• Security deployment inspection. When you deploy your application during your build process or staging process, you have an opportunity to evaluate your application’s run-time characteristics in the context of your infrastructure. Deployment reviews for security focus on evaluating your security design and the configuration of your application, host, and network.

For more information on security engineering, see patterns & practices Security Engineering Explained.

End-to-End Scenarios

Intranet

The following figure is an example of a common WCF intranet scenario. Note the use of the TCP protocol. WCF is hosted by the Windows service, and Windows authentication is used to authenticate users inside the Windows domain.

Ff648264.FastTrack-Fig2(en-us,PandP.10).png

Figure 2
A Common WCF Intranet Scenario

Internet

The following figure is an example of a common WCF Internet scenario. Note the use of the HTTP protocol. WCF is hosted in Internet Information Services (IIS), and Username authentication is used to authenticate users.

Ff648264.FastTrack-Fig3(en-us,PandP.10).png

Figure 3
A Common WCF Internet Scenario

Web Services Security Frame

The following key security concepts provide a frame for thinking about security when designing and architecting services. This helps you turn core security features such as authentication, authorization, auditing, confidentiality, integrity, and availability into action.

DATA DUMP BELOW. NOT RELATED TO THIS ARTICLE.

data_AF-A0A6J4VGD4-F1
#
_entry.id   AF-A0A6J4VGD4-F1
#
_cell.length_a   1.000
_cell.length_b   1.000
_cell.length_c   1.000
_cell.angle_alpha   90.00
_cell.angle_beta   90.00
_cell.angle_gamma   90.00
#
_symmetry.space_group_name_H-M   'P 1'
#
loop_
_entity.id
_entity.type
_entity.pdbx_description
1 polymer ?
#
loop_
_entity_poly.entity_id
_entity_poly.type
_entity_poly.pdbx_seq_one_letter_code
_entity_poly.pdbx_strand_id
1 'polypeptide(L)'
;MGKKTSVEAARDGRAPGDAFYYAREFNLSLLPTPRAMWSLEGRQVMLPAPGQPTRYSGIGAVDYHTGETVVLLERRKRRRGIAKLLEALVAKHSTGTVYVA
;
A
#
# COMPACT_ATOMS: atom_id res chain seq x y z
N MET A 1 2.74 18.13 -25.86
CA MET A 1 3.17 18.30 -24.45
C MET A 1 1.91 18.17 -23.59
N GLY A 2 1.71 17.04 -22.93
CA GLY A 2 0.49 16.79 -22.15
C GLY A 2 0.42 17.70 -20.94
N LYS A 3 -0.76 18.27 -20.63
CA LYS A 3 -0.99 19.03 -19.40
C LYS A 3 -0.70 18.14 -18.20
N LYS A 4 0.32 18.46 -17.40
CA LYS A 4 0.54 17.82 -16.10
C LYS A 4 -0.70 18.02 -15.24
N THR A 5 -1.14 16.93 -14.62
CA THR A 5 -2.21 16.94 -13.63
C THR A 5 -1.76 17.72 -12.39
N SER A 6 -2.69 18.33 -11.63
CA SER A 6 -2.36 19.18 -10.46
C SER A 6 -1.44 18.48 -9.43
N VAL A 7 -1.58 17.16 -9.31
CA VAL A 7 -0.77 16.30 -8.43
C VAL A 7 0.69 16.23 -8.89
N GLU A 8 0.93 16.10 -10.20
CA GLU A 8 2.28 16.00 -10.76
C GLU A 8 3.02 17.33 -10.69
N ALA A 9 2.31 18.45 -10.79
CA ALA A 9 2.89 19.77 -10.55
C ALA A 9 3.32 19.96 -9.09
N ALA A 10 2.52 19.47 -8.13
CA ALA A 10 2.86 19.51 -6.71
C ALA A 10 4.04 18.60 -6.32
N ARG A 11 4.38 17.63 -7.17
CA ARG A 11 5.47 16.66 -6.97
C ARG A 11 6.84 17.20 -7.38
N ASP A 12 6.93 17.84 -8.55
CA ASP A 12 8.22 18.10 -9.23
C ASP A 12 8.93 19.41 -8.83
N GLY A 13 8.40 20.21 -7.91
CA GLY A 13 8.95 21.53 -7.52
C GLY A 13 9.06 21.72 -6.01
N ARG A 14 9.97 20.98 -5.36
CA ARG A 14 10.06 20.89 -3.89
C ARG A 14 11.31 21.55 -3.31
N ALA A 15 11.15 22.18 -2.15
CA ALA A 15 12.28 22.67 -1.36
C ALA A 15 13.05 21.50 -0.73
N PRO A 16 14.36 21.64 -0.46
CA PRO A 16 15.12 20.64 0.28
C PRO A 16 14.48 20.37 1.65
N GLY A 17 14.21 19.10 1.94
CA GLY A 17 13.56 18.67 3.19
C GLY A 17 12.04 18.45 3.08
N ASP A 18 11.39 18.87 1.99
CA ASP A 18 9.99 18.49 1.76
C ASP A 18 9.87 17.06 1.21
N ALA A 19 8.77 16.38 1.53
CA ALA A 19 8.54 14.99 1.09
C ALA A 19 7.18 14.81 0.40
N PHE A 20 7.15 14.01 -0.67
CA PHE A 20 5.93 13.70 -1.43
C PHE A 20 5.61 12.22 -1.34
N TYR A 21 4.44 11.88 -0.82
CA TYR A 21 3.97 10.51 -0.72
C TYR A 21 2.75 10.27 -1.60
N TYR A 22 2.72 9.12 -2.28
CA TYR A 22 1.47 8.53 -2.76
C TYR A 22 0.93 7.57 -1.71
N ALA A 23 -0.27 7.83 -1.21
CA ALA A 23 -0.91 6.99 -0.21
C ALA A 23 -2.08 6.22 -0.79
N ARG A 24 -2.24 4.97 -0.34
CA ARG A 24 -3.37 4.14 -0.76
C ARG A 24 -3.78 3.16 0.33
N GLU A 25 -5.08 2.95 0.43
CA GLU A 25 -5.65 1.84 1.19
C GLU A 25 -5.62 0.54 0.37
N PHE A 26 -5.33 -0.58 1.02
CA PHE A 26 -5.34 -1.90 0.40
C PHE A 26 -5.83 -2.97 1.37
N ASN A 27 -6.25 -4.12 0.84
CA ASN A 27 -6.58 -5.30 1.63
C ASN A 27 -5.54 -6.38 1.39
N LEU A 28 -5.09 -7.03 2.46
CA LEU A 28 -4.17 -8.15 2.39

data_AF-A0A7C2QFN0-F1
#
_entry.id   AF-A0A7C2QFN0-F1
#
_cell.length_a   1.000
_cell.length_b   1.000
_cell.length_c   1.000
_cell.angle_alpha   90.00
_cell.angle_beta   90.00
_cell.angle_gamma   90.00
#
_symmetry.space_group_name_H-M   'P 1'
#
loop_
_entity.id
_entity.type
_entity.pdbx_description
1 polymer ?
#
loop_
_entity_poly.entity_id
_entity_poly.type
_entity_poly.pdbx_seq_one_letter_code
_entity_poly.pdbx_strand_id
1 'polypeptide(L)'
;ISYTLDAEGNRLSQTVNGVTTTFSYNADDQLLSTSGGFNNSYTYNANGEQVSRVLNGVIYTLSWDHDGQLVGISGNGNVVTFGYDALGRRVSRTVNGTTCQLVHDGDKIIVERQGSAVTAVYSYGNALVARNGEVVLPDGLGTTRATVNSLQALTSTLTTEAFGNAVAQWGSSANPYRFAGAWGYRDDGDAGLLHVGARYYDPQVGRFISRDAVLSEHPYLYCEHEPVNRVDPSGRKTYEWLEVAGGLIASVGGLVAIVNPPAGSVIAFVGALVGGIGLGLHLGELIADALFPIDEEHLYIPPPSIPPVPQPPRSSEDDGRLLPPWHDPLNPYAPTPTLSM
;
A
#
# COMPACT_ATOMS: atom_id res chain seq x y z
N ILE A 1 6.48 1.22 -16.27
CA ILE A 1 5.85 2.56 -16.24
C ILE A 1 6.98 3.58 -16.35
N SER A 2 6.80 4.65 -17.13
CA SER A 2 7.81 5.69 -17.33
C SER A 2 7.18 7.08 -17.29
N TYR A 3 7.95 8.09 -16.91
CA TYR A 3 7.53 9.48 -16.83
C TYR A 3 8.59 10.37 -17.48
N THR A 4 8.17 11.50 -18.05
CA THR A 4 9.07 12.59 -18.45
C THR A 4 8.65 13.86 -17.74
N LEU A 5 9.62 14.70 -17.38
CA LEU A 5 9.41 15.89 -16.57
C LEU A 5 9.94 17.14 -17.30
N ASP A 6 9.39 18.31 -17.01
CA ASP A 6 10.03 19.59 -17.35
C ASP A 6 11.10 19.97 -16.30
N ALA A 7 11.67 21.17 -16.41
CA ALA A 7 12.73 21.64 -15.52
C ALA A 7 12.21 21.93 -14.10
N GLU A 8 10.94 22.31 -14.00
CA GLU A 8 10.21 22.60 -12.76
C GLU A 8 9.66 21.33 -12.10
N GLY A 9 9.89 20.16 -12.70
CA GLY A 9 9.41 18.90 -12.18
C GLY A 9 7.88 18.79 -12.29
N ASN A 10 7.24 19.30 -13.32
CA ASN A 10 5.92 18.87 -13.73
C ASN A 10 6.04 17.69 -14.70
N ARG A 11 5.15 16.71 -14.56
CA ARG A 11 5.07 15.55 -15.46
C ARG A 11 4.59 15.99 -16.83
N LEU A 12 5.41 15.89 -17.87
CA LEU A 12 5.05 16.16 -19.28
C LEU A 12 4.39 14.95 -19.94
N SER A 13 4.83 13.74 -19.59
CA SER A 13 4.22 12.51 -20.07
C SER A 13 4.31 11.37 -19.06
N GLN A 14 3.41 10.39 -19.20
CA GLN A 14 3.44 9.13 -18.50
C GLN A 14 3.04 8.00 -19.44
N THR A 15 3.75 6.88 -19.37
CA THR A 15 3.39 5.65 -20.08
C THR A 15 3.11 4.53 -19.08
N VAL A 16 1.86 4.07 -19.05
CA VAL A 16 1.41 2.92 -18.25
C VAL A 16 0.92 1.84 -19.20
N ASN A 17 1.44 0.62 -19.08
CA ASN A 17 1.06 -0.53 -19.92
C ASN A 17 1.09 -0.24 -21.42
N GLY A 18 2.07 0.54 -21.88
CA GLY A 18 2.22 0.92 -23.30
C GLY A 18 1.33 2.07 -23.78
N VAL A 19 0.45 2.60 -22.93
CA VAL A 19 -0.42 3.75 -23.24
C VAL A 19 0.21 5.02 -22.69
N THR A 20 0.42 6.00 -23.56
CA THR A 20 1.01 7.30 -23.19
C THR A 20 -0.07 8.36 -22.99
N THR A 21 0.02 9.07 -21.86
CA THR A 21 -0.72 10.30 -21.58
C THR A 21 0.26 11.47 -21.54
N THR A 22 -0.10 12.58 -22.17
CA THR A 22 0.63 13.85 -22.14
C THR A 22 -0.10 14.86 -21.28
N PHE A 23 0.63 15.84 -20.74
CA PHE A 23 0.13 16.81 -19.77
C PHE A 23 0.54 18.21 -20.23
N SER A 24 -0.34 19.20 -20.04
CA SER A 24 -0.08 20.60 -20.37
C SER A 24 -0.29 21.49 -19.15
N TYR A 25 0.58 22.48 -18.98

Category

Description

Auditing and Logging

Auditing and logging refers to how security-related events are recorded, monitored, and audited.

Authentication

Authentication is the process in which an entity proves the identity of another entity, typically through credentials, such as a username and password.

Authorization

Authorization is how your service provides access controls for resources and operations.

Configuration Management

Configuration management refers to how your service handles database connections, administration, and other configuration settings.

Exception Management

Exception management refers to how you handle exceptions within your application, including fault contracts.